Jeff Bezos-owned Washington Post writers go on strike over unfair labour practices

Amazon Founder and CEO Jeff Bezos presenting the company’s first smartphone, the Fire Phone, in Seattle, Washington. — AFP/File The writers of Jeff Bezos’s Washington Post Guild have declared a 24-hour strike action on Thursday, marking the union’s first work stoppage in over 50 years over unfair labour practices by the corporation

The publication has been accused of unfair labour practices by the union. According to them, the corporation is “refusing to bargain in good faith and breaking the law.”

The union claims it has been negotiating a contract with the newspaper for 18 months, claiming that wages have not kept up with inflation. The union has asked readers not to interact with the publication on Thursday as part of the strike.

The one-day strike affects over 750 editorial personnel, including reporters.

“Because of our previous publisher’s mismanagement, the company has tried to balance its books by laying off nearly 40 people in the last year,” the union said. “Then they offered ‘voluntary’ buyouts to another 240 staffers this fall. Now, the Post has threatened that if they don’t get enough people to leave, more layoffs will be next.”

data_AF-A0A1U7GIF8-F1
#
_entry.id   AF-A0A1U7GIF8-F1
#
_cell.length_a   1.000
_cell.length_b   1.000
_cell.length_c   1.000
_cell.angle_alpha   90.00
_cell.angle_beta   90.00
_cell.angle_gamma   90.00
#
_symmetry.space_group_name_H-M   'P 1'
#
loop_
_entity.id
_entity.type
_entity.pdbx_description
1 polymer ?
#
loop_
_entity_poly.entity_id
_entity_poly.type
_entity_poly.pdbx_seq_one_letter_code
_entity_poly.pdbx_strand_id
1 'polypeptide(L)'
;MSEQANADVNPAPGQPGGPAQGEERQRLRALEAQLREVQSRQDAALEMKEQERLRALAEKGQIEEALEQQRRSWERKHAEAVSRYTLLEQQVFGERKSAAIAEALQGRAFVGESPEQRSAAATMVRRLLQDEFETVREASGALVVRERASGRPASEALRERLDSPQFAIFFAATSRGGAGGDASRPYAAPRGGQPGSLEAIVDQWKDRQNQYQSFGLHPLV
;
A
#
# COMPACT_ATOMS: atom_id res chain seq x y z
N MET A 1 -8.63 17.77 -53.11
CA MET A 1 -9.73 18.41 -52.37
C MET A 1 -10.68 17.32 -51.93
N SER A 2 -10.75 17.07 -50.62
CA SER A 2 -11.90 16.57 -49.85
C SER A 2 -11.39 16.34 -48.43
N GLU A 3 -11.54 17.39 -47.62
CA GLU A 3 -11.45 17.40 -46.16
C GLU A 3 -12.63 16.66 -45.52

In response to the walkout, a spokesperson for the union said in a statement to Scripps News: “We respect the rights of our Guild-covered colleagues to engage in this planned one-day strike. We will make sure our readers and customers are as unaffected as possible. The Post’s goal remains the same as it has from the start of our negotiations: to reach an agreement with the Guild that meets the needs of our employees and the needs of our business.” 

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